Students eat less red meat after environmental course
College students who take a course on food and the environment reduce their reported ruminant meat consumption by 28% relative to their consumption prior to the course, according to this paper by FCRN member Jennifer Jay of UCLA Civil and Environmental Engineering.
The study followed the diets of students at the University of California Los Angeles who were enrolled in either a course called “Food: A Lens for Environment and Sustainability” or (as a control group) another course called “Evolution of the Cosmos and Life”.
The paper notes that, while students will have chosen the course depending on their interests (which may in turn influence their diets), both groups of students had a similar diet before taking the courses and argues that it is therefore appropriate to use students who choose the non-food course as a control group.
Questionnaires were used to assess the number of servings consumed per week of 22 food categories at the start and the end of the courses. Carbon dietary footprints were calculated using reported servings of various food groups and carbon footprint conversion factors available in the literature. All reported diets were normalised to 2,000 kcal per day to be in line with dietary carbon footprint numbers given in the literature.
The paper found that, over the duration of the courses, the students on the food-related course decreased their overall dietary footprint (after normalisation) by 7%, decreased their carbon footprint due to beef by 19%, and decreased their reported number of weekly beef servings by 28%. The same variables in the control group did not see statistically significant changes over the duration of the course. See Figure 1 of the paper for the increases and decreases in consumption of different food categories - for example, females in the group of students on the food-related course increased their vegetable consumption over the study period.
The goal of this study was to evaluate the impact of a two-quarter freshman course series entitled “Food: A Lens for Environment and Sustainability” (Food cluster) on the carbon footprint of food choices by college freshmen attending a large public university in California. Students enrolled in the course completed a baseline questionnaire about their diets in early fall quarter and then again at follow-up, about 6 months later at the end of the winter quarter. The control group consisted of freshmen enrolled in a different course series entitled “Evolution of the Cosmos and Life” (Cosmos cluster). The instruction in the Food cluster included lecture material on general environmental science and life cycle analyses of food, an analysis of a reading comparing the environmental footprint of various types of meats, and classroom exercises to calculate the environmental footprint of typical foods. The Cosmos cluster instruction included climate change, but no information about food. While the two groups were statistically indistinguishable at baseline, throughout the period of the study, Food cluster students decreased (a) their overall dietary carbon footprint for a 2000-kcal normalized diet by 7% (p = 0.062), (b) the beef component of their dietary carbon footprint by 19% (p = 0.024), and (c) their reported ruminant consumption by 28% (p < 0.001). At follow-up, the overall dietary footprints for Food cluster students were 4153 and 5726 g CO2-eq/day for female and male students, respectively, compared to 4943 and 6958 g CO2-eq/day for female and male Cosmos students. In the Food cluster, both genders decreased their reported ruminant meat consumption by about a serving per week, while reported ruminant meat consumption increased for males in the control group. Modest, voluntary dietary changes such as those observed in this study could play an important role in mitigating climate change. Extrapolated across the entire US population, the difference in dietary carbon footprint observed between the Food cluster and control group would amount to 33% of the reduction required for the 2013 President’s Climate Action Plan (2013).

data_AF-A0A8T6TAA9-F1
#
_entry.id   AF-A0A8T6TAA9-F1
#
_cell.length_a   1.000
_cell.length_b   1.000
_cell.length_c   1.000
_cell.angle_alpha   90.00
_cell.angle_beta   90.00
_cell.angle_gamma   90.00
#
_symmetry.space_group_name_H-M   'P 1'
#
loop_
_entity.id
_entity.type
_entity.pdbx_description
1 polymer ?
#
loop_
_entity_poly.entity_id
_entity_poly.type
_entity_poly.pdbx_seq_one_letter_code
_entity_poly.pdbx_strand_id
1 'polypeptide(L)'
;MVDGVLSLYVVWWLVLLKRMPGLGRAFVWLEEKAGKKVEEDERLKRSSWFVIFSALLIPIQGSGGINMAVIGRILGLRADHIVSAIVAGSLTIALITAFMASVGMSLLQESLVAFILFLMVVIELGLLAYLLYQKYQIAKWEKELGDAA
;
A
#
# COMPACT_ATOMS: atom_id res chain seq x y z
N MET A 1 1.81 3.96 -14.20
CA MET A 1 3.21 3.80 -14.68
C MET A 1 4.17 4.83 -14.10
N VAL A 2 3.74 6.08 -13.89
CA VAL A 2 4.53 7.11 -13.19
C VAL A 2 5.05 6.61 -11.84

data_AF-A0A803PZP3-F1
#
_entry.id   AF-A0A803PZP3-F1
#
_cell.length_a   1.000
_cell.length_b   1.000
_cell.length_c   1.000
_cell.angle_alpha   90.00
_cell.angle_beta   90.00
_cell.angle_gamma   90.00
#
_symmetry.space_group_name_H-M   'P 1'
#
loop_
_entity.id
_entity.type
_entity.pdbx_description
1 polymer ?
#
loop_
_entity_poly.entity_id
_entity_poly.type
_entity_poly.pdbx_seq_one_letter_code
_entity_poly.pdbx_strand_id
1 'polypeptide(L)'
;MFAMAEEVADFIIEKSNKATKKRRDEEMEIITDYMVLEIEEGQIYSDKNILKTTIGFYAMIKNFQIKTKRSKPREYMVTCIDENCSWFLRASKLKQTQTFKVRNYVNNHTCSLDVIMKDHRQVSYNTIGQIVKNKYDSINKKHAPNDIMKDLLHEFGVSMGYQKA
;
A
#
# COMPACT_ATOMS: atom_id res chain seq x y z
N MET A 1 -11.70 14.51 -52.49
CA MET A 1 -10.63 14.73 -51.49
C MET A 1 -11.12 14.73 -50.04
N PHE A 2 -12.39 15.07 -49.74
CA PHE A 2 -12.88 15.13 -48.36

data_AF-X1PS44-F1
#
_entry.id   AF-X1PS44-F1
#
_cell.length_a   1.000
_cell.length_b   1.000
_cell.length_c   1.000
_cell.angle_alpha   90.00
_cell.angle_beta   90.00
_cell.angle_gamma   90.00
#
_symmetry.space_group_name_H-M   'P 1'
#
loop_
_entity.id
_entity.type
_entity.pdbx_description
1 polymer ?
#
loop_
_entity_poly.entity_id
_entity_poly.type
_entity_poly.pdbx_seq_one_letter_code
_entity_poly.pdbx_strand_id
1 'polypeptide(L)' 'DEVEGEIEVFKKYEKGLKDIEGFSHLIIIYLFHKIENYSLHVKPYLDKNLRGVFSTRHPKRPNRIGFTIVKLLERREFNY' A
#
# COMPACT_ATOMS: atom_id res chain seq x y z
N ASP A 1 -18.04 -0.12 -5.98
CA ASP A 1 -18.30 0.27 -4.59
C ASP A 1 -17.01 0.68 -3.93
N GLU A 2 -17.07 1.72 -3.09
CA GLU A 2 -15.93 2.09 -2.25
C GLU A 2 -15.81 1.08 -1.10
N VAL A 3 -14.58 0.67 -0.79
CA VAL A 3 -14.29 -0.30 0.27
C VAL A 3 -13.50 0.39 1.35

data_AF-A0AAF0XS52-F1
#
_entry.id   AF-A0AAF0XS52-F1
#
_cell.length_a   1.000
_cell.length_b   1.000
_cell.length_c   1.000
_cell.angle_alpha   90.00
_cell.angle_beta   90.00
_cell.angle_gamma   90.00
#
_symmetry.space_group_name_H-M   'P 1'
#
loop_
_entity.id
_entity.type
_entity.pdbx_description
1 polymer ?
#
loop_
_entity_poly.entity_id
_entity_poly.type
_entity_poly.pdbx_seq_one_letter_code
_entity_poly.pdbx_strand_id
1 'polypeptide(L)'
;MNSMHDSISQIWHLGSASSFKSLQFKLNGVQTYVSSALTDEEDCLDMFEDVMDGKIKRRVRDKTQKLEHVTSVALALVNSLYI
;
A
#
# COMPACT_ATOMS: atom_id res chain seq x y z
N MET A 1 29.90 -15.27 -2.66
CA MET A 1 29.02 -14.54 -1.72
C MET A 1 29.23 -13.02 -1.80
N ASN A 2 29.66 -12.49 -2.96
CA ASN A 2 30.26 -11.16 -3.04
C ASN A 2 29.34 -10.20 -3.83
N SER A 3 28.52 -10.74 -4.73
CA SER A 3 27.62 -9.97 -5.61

Jay, J.A., D’Auria, R., Nordby, J.C., Rice, D.A., Cleveland, D.A., Friscia, A., Kissinger, S., Levis, M., Malan, H., Rajagopal, D. and Reynolds, J.R., 2019. Reduction of the carbon footprint of college freshman diets after a food-based environmental science course. Climatic Change, pp.1-18.
Read the full paper here and read a press release here. See also the Foodsource resource What are the influences on our food choices? For a discussion of the impacts of monogastric meat, as opposed to focusing only on ruminants, see the FCRN publications Lean, green, mean, obscene…? What is efficiency? And is it sustainable?, Intensive versus extensive livestock systems and greenhouse gas emissions and Livestock, feed and food security.
North America is the northern subcontinent of the Americas covering about 16.5% of the Earth's land area. This large continent has a range of climates spanning Greenland’s permanent ice sheet and the dry deserts of Arizona. Both Canada and the USA are major food producers and some of the largest food exporters in the world. Industrial farms are the norm in North America, with high yields relative to other regions and only 2% of the population involved in agriculture.